Credit card usage involves many costs, from the issuer creating the card all the way down to the consumer who presents it as a form of payment. While marketed as a convenience item for users, credit cards ultimately are intended to turn a profit for issuers, after taking into account all the fees involved in creating the card.
To draw customers to a card, an issuer needs to market it. Major credit card companies spend hundreds of millions of dollars per year on marketing cards to potential customers, from brochures in banks to multimillion-dollar Super Bowl commercials. On top of direct marketing costs, issuers have to spend money on the research and development of new cards, the physical processing of cards and the staff to support all of these activities. As rewards cards have boomed, issuers have faced additional costs to provide card benefits, ranging from annual airline fee credits and mileage points to cash back on customer purchases. Fraud detection and prevention has also become a major expense, as federal law limits consumer liability for fraudulent purchases to $50 and most major card issuers generally drop that liability to zero.
Many merchants accept credit cards to attract more customers and make more sales. Merchants that accept credit cards have to pay for that benefit. Typical merchant fees run from 2 to 3 percent of the transaction amount. Card issuers also may charge merchants additional fees, such as network authorization fees or card-not-present surcharges. Businesses also might have to meet a minimum revenue requirement to qualify or maintain a card, such as $10,000 in monthly sales. Some merchants help defray those costs by passing them on directly to consumers.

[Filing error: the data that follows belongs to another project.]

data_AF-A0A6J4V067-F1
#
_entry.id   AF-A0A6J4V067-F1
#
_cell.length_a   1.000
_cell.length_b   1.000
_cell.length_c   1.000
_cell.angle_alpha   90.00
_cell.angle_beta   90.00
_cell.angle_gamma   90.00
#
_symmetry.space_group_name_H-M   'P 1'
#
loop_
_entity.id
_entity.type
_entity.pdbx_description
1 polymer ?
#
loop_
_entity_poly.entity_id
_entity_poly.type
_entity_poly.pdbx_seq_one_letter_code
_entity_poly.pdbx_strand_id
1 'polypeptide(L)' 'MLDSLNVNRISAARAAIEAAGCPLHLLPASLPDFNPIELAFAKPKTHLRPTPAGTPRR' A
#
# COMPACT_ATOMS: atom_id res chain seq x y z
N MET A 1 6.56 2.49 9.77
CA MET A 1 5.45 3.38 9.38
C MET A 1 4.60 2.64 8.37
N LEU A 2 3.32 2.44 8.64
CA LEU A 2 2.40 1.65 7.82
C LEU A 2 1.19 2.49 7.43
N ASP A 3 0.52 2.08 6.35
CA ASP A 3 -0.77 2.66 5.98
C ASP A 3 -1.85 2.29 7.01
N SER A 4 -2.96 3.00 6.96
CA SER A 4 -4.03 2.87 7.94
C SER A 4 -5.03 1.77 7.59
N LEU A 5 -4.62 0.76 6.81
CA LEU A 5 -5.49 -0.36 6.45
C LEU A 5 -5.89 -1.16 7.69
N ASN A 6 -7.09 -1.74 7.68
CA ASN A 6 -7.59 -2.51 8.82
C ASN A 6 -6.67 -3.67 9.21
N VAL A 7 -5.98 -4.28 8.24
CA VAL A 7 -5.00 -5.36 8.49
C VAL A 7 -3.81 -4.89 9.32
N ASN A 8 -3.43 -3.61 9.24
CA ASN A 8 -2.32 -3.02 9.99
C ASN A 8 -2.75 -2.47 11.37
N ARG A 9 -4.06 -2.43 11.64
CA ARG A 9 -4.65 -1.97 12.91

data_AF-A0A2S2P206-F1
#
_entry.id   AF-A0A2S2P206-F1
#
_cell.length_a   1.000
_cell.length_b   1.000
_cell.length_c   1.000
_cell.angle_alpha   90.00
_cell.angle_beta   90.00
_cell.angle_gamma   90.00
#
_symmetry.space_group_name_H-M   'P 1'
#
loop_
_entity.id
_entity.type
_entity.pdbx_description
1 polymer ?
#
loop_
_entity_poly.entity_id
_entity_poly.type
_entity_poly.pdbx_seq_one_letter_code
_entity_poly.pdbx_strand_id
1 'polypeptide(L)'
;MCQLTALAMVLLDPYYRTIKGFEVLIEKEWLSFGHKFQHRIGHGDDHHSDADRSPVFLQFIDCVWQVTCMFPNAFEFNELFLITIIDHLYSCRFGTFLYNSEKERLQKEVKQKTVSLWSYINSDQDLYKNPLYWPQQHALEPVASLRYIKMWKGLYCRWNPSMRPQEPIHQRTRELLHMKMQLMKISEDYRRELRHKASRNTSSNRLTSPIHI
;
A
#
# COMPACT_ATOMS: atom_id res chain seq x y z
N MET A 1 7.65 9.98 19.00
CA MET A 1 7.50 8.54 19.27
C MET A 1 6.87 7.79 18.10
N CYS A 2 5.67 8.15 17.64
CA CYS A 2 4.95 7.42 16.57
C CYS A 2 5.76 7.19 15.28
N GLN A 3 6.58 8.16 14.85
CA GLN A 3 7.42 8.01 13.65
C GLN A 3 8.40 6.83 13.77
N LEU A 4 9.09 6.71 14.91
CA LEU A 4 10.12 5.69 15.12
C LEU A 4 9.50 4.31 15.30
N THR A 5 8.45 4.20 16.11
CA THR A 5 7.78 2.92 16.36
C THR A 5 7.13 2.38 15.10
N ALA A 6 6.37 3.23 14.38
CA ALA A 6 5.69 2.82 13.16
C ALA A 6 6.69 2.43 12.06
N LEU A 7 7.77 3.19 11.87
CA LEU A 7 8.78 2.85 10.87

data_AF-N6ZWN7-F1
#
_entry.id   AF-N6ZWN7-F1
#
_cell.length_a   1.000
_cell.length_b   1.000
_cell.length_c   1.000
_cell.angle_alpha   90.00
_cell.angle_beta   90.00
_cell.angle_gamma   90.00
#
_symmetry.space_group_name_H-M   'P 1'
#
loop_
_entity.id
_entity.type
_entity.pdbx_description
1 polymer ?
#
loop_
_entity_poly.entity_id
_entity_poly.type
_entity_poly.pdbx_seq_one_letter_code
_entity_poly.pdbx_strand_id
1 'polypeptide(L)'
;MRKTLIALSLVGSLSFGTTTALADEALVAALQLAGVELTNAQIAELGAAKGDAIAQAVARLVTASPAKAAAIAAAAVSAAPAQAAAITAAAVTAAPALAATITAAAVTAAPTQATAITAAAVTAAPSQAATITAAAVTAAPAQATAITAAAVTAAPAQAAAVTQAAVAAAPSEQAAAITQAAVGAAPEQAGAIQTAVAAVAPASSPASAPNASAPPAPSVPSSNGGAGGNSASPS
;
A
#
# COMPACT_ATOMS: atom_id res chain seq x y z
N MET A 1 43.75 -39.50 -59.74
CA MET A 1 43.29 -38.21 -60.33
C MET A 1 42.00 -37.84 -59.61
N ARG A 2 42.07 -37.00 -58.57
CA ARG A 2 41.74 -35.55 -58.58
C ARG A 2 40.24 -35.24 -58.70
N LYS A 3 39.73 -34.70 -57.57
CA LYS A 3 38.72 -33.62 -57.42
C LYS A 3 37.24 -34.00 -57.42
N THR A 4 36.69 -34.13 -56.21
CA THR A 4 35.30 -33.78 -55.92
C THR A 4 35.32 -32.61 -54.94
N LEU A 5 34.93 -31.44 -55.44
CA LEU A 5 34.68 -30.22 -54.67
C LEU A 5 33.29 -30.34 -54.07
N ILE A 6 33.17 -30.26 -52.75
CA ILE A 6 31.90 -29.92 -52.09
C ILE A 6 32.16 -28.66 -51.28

As a customer, you may face a wide variety of fees for using a credit card. Some cards charge an annual fee. These often are levied by issuers that offer extensive services, such as a platinum card that gives airline fee rebates. Other issuers charge fees to high-risk customers, such as those with bad credit or who have recently filed bankruptcy, in order to protect themselves in case of loss.
Just because a card charges a fee doesn't make it a bad choice. Evaluate the benefits a card offers to see if the fee is justified.
Most credit cards charge high interest rates for customers who carry a balance from month to month. In many cases, these rates can exceed 20 percent annually. While typically you have a one-month grace period before interest charges accrue to your purchases, if you take a cash advance on your card you'll get hit with interest immediately. The good news is that you can avoid these charges if you simply pay your balance in full every month and avoid using your credit card like an ATM card.
Credit card interest can accumulate rapidly if you don't pay it off. For example, a card with an interest rate of 24 percent could double your total balance in as little as three years.
A host of other fees and charges are attached to most credit cards, but you're unlikely to face them if you handle your credit responsibly. For example, most cards charge an over-the-limit fee if you make charges above your allowable spend, and most also levy late charges if you don't make your payment in time.